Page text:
The U.S. announced on Monday that it would not extend waivers to sanctions granted to certain countries that bought crude oil from Iran.
This decision is intended to bring Iran’s oil exports to zero, denying the regime its principal source of revenue, the White House said. The waivers, which expire on May 2, were granted in November to eight countries, including China, India, Japan, South Korea and Turkey, when the U.S. reimposed its oil sanctions following its exit from a nuclear deal with Iran. The three others that received oil waivers last year, Italy, Greece and Taiwan, had already moved to zero imports, according to oil analysts. Large crude buyers were expecting a renewal of the waivers.
Iran’s oil exports declined through much of 2018 and plummeted when the U.S. sanctions went back into effect in November, but they have since rebounded a bit. Crude and condensate shipments rose 12 percent to 1.7 million barrels per day in March, the highest since October, according to analysis published April 9 by S&P Global Platts, an information provider on energy and commodities markets.
Any nation or entity interacting with Iran “should do its due diligence and err on the side of caution. The risks are simply not going to be worth the benefits,” said Secretary of State Mike Pompeo during a press conference. In response to a question from a reporter, Pompeo said he wouldn’t “foreclose the possibility” of allowing “a particular transaction that is incidental” after the May 2 deadline.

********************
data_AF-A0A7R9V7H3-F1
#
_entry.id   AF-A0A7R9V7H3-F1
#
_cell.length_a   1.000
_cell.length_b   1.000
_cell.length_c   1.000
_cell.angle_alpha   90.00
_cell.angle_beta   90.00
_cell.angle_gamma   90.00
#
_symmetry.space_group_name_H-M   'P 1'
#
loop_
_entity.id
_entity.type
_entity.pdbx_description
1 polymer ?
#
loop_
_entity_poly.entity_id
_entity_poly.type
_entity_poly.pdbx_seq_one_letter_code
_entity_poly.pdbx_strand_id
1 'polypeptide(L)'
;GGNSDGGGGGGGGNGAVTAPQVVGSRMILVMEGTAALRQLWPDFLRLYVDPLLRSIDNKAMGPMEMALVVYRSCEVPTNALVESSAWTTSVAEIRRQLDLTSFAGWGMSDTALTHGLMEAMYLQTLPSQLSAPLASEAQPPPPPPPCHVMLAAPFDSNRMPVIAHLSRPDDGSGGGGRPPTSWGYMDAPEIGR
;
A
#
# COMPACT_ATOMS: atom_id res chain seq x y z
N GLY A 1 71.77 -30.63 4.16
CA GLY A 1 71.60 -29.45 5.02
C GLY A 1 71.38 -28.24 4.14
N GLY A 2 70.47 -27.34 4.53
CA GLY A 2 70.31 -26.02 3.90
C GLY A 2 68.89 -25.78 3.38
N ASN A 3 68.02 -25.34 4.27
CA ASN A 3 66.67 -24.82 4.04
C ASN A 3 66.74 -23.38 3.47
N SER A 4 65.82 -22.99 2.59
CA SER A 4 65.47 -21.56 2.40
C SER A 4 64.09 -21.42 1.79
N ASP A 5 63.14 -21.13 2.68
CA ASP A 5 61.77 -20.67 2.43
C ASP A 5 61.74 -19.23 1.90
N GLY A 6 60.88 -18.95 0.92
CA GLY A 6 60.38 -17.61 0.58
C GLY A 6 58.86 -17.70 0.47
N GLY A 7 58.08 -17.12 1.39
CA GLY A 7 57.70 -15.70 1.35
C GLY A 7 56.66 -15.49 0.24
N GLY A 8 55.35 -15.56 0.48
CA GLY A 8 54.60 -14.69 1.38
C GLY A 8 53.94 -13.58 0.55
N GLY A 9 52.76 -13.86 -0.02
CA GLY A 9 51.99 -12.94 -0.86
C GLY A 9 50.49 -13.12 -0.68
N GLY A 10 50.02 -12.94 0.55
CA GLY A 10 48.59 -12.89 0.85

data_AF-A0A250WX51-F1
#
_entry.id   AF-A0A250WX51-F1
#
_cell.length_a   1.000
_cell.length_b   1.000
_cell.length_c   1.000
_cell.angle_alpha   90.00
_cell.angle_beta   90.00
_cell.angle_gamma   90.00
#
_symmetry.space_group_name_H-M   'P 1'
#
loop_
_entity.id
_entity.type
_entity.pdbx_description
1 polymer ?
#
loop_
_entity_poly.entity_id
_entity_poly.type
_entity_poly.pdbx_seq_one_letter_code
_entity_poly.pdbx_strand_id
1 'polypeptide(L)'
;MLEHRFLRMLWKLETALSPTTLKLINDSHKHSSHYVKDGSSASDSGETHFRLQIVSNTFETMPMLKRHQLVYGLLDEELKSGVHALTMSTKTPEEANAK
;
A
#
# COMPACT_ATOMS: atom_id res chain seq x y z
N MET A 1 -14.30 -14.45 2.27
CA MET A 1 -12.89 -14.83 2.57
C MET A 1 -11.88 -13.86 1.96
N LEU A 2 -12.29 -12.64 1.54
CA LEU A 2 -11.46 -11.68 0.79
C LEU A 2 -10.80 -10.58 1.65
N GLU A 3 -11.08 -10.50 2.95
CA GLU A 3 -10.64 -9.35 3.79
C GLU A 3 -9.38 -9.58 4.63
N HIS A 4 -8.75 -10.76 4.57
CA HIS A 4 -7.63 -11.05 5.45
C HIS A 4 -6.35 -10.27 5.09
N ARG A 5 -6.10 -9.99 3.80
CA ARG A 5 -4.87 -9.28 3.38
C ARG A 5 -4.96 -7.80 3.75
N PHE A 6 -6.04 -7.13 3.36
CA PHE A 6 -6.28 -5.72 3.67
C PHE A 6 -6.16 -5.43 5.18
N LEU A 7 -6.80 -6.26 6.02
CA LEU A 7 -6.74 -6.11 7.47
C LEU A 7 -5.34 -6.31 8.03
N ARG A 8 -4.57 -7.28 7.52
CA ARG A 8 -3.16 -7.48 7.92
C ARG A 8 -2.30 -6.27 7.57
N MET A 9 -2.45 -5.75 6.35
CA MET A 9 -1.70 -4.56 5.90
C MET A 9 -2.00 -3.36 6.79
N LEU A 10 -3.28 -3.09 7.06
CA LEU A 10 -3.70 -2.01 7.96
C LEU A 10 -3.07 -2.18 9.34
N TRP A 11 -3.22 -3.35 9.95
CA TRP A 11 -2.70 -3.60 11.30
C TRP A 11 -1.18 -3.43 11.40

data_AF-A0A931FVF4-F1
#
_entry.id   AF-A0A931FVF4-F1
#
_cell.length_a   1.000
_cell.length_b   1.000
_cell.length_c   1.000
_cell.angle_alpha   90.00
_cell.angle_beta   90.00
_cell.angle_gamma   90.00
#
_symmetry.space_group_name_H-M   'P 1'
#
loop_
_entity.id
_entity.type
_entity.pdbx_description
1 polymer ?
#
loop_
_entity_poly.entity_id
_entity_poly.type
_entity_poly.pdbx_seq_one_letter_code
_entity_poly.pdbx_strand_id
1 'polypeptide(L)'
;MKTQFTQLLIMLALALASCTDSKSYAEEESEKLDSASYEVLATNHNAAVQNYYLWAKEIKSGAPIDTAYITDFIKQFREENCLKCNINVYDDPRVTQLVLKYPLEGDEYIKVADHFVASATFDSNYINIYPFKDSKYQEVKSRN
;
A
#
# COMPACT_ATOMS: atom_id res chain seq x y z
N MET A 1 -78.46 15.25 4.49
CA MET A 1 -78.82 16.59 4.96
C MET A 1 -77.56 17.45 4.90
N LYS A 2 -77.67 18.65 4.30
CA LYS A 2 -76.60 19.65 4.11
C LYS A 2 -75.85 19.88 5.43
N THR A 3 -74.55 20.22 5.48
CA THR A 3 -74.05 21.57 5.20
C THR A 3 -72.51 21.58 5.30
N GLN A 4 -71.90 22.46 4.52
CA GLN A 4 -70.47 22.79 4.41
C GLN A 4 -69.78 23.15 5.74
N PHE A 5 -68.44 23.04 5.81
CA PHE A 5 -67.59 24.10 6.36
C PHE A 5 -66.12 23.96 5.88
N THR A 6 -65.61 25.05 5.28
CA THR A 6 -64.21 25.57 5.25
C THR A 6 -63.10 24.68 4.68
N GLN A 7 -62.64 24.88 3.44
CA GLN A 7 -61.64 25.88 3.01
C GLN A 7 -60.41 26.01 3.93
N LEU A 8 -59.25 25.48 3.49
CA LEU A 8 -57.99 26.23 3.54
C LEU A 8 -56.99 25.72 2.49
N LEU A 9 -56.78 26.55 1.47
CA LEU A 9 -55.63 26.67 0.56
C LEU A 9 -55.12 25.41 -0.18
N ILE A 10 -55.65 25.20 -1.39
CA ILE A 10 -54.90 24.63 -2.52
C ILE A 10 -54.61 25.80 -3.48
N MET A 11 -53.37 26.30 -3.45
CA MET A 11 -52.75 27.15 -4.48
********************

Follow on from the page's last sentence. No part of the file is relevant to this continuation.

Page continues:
China and Turkey, both of which were expecting waivers, said they opposed the U.S. decision. Geng Guang, a Chinese foreign ministry spokesman, said Beijing opposes Washington’s unilateral sanctions and that China’s dealings with Iran are reasonable and legitimate.
Crude prices surged Monday following the U.S. announcement. The White House cited commitments from oil exporters, such as Saudi Arabia and the United Arab Emirates, to ensure that the market has adequate supply. U.S. officials said the markets would be able to handle the decision. Saudi officials said Monday they will coordinate with producers to ensure supplies and balance markets.
Tehran said it was ready for the U.S. announcement, and it responded by threatening access to the Strait of Hormuz, a key waterway for crude transport. Iranian officials have made similar threats in the past when tensions rose between Tehran and Washington. A U.S. official countered, saying that closing the Strait of Hormuz would be “unjustified and unacceptable.”
“The waivers… have no value,” Iranian news agencies quoted the foreign ministry as saying. Tehran was in touch with European partners and neighbors, and would “act accordingly,” the agencies said.